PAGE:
It seems that family medicine thrives in more rural settings. But is it possible to have a broad and diverse practice, including OB and procedures in an urban setting? I plan on having a family someday and I feel that I would want my kids to have access to a wide variety of opportunities that may only be present in urban settings.

    Those are the concerns that have been on my mind lately. I truly appreciate anyone who took to the time to read this and respond. Thanks.
     
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  3. jetproppilot

    jetproppilot Turboprop Driver
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  4. DocRawk

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    I'm really interested in the responses to this as well. I'm an incoming OMS-1 at TCOM and am entering the rural med program. My intention is to enter an unopposed FM residency and learn to do as much as I possibly can including getting really good at OMM, learning minor cosmetic procedures (hyalin gel injections, botox, microderm abrasion, etc.), OB, upper GI/colonoscopy, and pretty much anything else I can get my head around. I've shadowed a couple of docs with this mentality, and they both do very well. I'd be nice to be sure that it'll still be possible when I get started in seven years.
     
  5. EdibleEgg

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    Most of this has been discussed on other threads, but these same thoughts were going through my head a few years ago, so I'll toss out a few comments.

    The first thing you thing you mention is family vs med peds. At this point in your decision making it probably doesn't matter much. Your rec letters, 4th year electives, etc. don't really differ a lot. If you are willing to trade an extra year of residency for the potential to do an IM or Peds fellowship, then meds peds is the way. If you are interested in OB/GYN/outpatient procedures, then family has the advantage. It's really program dependent, and most end up doing the same things.

    1. Future of Primary Care- There are tons of opinions on this, but the health care system cannot function without primary care. Family Medicine is not going away. As far as politics goes, I'll agree it's not driven by logic. It's driven by money. Health care is cheapest when it's primary care based. Money talks.

    2. Future of Family Medicine- There has definitely been some change in the way most FP's are practicing. Fewer people are catching babies. We, as a specialty, see fewer kids. I think that was at least partially by choice, but the perception of the speciality has changed. I understand why you would be concerned. However, there is still a huge demand for FP's, specifically because of the diversity of training.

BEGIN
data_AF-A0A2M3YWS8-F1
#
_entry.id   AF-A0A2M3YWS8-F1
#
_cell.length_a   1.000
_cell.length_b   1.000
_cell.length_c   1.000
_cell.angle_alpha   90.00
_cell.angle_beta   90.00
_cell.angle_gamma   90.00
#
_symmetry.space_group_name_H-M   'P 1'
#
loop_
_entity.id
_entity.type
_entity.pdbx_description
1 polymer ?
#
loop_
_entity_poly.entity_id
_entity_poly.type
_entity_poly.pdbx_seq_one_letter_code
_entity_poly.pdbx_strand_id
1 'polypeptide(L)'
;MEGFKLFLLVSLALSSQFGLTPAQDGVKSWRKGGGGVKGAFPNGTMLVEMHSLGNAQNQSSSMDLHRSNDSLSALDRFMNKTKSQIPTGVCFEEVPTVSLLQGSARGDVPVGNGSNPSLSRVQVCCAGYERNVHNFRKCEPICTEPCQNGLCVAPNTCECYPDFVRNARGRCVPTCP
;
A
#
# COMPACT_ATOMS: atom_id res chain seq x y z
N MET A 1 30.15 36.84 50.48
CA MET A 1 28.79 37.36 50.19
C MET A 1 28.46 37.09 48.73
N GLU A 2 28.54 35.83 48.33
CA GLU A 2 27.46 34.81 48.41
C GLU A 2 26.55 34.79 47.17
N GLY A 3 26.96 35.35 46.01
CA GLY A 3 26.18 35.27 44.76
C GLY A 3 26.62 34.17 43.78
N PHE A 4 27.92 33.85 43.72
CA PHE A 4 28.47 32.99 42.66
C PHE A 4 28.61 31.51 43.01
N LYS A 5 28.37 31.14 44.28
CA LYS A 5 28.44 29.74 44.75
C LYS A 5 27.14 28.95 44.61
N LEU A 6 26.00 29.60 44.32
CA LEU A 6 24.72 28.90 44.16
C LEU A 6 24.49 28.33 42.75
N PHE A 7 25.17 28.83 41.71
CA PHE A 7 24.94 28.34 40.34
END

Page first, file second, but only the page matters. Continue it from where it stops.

On another note, most people do "sub-specialize" to some degree once they are in practice. They tailor the way they practice to what they enjoy, what is economically favorable, and what is common.

    Continuity of care is good. A tremendous number of medical errors happen during hand offs. There's a recent thread titled something like, "How do I convince my wife to take our kids to an FP rather than a pediatrician." There are some good responses there.

    3. Reimbursement- This has been beaten to death. The average FP makes a lot less than the average orthopedic surgeon or cardiologist. Just using averages doesn't tell the whole story. If you are not doing something you enjoy, then you are not going to be as productive or happy.

    With that being said, it's practically impossible to pull in a neurosurgeon's salary as an FP. You can make more in other specialities. You can't squeeze blood from a turnip though. If reimbursements really go down, the big money makers will be hit hardest. However, I feel like I make a lot of money, and I love what I do.

    4. Ego- I remeber making rounds with the chief resident on surgery as a third year student. He called the FP's "Family Assassins", the medicine team "Fleas", the OB's "catty, wannabe surgeons with much more estrogen than surgical skill", the pediatricians "diaper changers", and even the ortho surgeons "carpenters", all within the course of one morning's rounds. At least he hated everyone equally. Almost forgot, we made a trip to the ER because the "triage nurses" wanted a patient evaluated that morning as well.

    I did really well on my third year rotations. I think it was mostly because I told nearly every team that I was completely interested in "insert your specialty here." The people who are giving you advice and making these comments are biased (including me). People generally want you to be interested in what they are interested in. Now I don't reccomend that people lie on rotations; now that I have been on the other side, I know it will be obvious. Family medicine was my last rotation, and I really did enjoy every rotation before it (with the exception of surgery), that's one of the reasons I chose family.